Ford F-150 buyers go for EcoBoost V6 engines

@PeterDrives December 12, 2011: 4:07 PM ET
With gas prices on the rise, a majority of Ford F-150 buyers are getting new EcoBoost V6 engines.

With gas prices on the rise, a majority of Ford F-150 buyers are getting new EcoBoost V6 engines.

NEW YORK (CNNMoney) -- Last month, for the first time in 26 years, more Ford F-150 pickup buyers opted for V6 engines rather than the more traditional V8.

Most of these customers aren't opting for the V6 truck because it's cheaper, either. It isn't.

The most popular V6, by far, is the twin-turbo EcoBoost V6, which 41% of all F-150 buyers purchased last month costs almost $1,000 more than a V8 truck, Ford spokesman Richard Truett said.

The remainder of V6 buyers opted for the F-150's new base powerplant, a non-turbocharged 302-horsepower engine.

The last time Ford (F, Fortune 500) offered a V6 engine in its heavy-hauling full-sized truck was in 2008 and, at the time, only about eight percent of buyers opted for it, Truett said.

Back then, though, truck buyers had to make big sacrifices in towing and hauling -- the thing people buy trucks for -- for a slight gain in fuel economy and a lower sticker price. This time, even the base V6, without turbocharging, can tow and haul much more than the V6 of a few years ago.

And when it comes to today's twin-turbocharged EcoBoost V6 engine, it provides almost the same power as the much larger 5.0-liter V8. In fact, the turbo V6 truck has even more towing capacity than the 5.0-liter V8. (Ford also offers a larger 6.2-liter V8, but it's available only in some special-edition versions of the F-150 and sells in very small numbers.)

"These products would not sell if buyers had to compromise on capability," Ford sales analyst George Pipas said.

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To win over skeptical truck buyers, Ford introduced the new V6-powered trucks last November with a coast-to-coast test drive tour, bringing trucks to potential customers' homes so they could drive the trucks themselves.

Actual fuel savings are still relatively small, according to EPA estimates. Just 1 mpg in combined city and highway driving for the turbocharged EcoBoost engine vs. the 5.0-liter V8. Fuel savings add up to an estimated $185 a year, according to the EPA's fueleconomy.gov Web site.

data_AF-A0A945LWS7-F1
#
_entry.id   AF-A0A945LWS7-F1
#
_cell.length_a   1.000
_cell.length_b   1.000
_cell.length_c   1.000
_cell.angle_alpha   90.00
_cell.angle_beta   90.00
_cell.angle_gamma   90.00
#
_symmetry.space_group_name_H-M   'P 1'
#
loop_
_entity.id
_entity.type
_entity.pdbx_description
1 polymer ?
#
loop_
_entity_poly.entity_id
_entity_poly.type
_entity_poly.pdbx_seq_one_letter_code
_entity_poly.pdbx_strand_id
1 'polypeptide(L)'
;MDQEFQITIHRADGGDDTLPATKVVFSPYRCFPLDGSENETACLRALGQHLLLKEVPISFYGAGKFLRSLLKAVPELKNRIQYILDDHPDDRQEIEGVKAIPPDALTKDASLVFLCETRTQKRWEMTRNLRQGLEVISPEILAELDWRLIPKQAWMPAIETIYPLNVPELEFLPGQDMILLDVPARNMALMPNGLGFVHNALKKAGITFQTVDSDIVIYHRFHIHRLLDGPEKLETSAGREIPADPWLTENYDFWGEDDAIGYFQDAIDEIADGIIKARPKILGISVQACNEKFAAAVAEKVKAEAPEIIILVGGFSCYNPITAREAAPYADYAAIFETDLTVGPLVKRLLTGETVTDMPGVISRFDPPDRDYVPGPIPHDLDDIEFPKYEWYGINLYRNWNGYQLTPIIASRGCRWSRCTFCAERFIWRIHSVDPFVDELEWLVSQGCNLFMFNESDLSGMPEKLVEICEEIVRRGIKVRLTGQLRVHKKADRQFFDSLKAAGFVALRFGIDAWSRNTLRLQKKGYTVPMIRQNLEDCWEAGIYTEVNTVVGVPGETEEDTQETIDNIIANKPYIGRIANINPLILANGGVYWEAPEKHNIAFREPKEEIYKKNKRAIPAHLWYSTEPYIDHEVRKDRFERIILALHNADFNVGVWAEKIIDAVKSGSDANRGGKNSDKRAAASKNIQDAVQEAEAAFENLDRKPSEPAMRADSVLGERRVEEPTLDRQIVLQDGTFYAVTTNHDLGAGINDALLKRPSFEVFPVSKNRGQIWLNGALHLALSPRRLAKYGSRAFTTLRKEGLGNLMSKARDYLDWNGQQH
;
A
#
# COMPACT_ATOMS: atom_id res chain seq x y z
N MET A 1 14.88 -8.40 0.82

Those figures don't reflect real-world driving, though, said PickupTrucks.com editor Mike Levine. Levine extensively tested the EcoBoost truck both in ordinary driving and pulling heavy loads.

"The EcoBoost's mileage, while you're unloaded, is just far and away better than the 5.0-liter [V8]," he said.

When hauling heavy loads fuel economy does begin fall to something closer to the V8, though. But for drivers who only push the truck's maximum capabilities occasionally, the EcoBoost V6 makes sense, Levine said.

"If you only tow once a week or once a month, I'd go with the EcoBoost," he said.

It doesn't seem that buyers are just trying to budget gas money, Pipas said.

EcoBoost truck buyers tend, most often, to buy expensive 4X4 and extended cab trucks loaded with pricey options, he said, not the sort of thing you'd expect if they were just calculating savings at the pump.

Instead, said Pipas, truck buyers are getting into the "small and powerful is better" mindset that has gone along with cell phones and computers.

Don't tell that to General Motors, the nation's second-biggest seller of pickups. GM offers V6 engines in the GMC Sierra and Chevrolet Silverado but they make up only about 10% of trucks sold.

Some of GM's V8 trucks match Ford's EcoBoost truck in EPA-estimated fuel economy, GM spokesman Tom Wilkinson said.

"Our customers are telling us they're very happy with that solution," he said.

Similarly, less than 10% of Chrysler Group's Dodge Ram trucks are V6-equipped especially since Dodge dealers have been offering inexpensive special-edition V8-equipped Ram trucks, Chrysler spokesman David Elshoff said.

Toyota (TM), which sells far more mid-sized Tacoma trucks than full size Tundras, said only 2.5% of Tundras sold are V6-equipped.

With gas prices rising, other automakers are also seeing buyers looking for the smallest engine that will do the job. Last month, more than half of Chevrolet sales were vehicles with four-cylinder engines, according to General Motors (GM, Fortune 500). That was more than five times the rate of five years ago, the automaker said.

This V6 F-150 is hardly the end of the line for surprisingly small engines in Fords, either. The automaker recently announced development work on a three-cylinder EcoBoost engine.

This summer, Ford will begin offering an EcoBoost 4-cylinder engine in the new Explorer SUV. Beyond that, Ford has said the EcoBoost engines of various sizes will be offered in 90% of the automaker's line-up. To top of page

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